(b) references in this section to the residue of any qualifying expenditure are references to the amount thereof which remains after deducting therefrom any depletion allowances made in respect of that expenditure or any part thereof for any previous year of assessment.

(5) This section shall be read as one with Part X of the Income Tax Act, 1952, and the provisions of section three hundred and eight thereof (which deals with the sale of a source or part of a source as a going concern) and section three hundred and twenty-seven (which makes special provision for certain sales) shall have effect in relation to depletion allowances including balancing allowances and charges as they have in relation to allowances under that Part of that Act but with the substitution for "the appointed day" in the said section three hundred and eight of the date of the passing of this Act.

(6) Nothing in this section shall authorise the making of any depletion allowance in respect of expenditure which qualifies for the grant of an intial or annual allowance under any of the provisions of Part X of the Income Tax Act, 1952.

(7) No company or person shall by virtue of this section be liable to pay any more tax than that company or person would have been liable to pay if this section had not been passed.—[Mr. Braine.]

Brought up, and read the First time.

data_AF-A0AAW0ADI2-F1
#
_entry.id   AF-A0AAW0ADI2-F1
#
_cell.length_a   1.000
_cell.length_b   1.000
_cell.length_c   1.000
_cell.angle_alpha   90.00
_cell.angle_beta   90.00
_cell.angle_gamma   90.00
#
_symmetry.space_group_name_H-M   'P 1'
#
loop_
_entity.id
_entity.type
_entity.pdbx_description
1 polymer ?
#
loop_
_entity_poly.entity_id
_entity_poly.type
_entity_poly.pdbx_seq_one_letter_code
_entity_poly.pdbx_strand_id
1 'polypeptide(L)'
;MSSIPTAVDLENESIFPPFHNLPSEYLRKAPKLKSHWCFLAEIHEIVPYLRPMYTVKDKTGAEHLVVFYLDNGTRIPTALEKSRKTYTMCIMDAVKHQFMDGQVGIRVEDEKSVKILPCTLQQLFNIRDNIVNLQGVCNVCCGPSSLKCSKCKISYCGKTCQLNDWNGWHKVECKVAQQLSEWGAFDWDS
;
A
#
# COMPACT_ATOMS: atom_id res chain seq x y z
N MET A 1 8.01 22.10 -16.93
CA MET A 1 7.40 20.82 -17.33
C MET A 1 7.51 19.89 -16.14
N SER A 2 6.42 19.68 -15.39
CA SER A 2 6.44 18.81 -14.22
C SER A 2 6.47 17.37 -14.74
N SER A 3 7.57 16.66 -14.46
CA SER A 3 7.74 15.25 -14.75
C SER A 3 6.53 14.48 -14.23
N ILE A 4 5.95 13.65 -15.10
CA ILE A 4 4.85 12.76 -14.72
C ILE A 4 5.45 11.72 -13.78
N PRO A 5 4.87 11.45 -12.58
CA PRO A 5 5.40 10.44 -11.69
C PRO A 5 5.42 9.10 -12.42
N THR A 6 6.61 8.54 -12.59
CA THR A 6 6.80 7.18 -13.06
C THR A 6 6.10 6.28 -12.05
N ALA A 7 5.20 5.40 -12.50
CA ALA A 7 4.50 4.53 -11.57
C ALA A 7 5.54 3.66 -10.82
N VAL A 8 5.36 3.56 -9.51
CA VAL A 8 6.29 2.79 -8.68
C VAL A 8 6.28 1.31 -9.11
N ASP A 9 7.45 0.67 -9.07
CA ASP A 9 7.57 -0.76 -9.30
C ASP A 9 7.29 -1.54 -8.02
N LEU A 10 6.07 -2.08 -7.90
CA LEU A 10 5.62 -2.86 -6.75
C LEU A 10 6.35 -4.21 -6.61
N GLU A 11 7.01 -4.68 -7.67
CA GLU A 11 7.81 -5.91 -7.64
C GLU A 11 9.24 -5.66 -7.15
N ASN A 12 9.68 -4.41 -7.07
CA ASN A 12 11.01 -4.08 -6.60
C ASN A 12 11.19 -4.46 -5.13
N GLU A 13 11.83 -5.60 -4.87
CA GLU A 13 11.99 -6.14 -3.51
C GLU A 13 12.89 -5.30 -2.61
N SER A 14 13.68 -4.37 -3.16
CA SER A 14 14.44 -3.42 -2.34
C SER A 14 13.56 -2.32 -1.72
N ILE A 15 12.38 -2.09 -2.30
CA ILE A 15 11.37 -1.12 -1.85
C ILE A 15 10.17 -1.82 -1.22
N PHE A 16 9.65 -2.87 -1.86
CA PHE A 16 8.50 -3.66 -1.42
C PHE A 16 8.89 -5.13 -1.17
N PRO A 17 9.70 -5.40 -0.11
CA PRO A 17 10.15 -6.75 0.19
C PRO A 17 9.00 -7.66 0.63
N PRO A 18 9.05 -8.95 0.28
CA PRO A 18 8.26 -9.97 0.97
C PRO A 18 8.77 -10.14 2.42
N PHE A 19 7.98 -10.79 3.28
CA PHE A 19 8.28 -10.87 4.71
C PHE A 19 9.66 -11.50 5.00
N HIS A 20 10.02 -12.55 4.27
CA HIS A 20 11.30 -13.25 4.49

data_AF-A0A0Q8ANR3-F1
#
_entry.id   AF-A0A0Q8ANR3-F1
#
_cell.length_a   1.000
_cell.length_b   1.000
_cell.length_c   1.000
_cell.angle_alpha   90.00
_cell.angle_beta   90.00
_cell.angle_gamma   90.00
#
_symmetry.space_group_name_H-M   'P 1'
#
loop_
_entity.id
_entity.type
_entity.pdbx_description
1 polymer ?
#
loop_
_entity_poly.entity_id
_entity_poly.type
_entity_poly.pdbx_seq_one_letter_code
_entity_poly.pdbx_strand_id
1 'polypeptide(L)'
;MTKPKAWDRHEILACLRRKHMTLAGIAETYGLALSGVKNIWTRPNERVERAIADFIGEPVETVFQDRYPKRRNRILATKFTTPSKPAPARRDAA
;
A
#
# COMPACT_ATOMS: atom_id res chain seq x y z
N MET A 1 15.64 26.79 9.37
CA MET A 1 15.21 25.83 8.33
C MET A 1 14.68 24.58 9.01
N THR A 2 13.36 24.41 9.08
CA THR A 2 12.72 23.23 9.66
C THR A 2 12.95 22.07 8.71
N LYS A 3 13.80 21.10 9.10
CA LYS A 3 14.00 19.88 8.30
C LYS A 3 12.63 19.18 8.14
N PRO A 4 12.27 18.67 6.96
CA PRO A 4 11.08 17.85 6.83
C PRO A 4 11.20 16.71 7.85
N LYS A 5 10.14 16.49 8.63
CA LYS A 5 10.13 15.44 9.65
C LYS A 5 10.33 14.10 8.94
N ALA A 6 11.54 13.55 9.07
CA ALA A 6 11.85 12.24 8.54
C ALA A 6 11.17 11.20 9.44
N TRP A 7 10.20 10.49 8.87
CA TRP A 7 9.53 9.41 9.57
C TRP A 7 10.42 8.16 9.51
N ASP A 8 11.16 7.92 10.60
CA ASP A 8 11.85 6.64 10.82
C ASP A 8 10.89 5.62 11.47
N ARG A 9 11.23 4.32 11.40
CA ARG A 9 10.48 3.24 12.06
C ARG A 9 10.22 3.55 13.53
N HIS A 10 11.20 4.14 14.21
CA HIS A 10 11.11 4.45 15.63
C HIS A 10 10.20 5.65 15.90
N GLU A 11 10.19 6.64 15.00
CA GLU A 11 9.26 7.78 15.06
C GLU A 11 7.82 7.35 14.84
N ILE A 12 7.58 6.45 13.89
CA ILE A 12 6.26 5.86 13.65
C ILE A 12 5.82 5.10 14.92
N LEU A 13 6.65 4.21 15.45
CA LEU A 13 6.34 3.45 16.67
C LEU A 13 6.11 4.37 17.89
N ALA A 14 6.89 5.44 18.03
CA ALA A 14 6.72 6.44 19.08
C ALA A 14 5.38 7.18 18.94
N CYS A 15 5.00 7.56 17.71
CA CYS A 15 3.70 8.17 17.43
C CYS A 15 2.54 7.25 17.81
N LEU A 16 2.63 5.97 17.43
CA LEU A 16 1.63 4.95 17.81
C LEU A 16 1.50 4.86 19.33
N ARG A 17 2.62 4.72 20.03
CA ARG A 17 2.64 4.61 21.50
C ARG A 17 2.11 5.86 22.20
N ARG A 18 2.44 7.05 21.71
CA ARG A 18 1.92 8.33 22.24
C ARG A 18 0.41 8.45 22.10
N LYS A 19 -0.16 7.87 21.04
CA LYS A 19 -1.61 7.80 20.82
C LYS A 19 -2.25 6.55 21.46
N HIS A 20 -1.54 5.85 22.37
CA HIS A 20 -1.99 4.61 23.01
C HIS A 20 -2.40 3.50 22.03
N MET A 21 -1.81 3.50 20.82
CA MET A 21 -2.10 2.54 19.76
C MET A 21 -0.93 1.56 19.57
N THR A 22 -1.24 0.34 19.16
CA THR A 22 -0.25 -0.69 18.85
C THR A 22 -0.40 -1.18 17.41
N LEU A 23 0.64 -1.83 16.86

Mr. Bernard Braine (Essex, South-East)

I beg to move, That the Clause be read a Second time.

The object of the Clause is to give effect to a recommendation of the Royal Commission on the Taxation of Profits and Income that in future a depletion allowance should be made in respect of the cost of the acquisition of mineral-bearing land. I would add that the Clause as drafted includes a method of computing the allowance and provides reasonable safeguards for the Revenue against collusive transactions.

It will not have escaped the attention of the Committee, even at this late hour, that the Clause as drafted has attracted powerful support from hon. Members on both sides of the Committee and, what is equally significant, from every part of the United Kingdom. More than 80 hon. Members have added their names to mine, and I believe a great many more would have done so.

Mr. Stevens

Can my hon. Friend also give the Committee the number of hon. Members who have subsequently withdrawn their names from the Clause?

Mr. Braine

To the best of my knowledge over 80 hon. Members have added their names to my Clause. Their names still stand in support of it, and that is surely almost a record for a proposal of this kind. I have difficulty in understanding the purpose of my hon. Friend's intervention.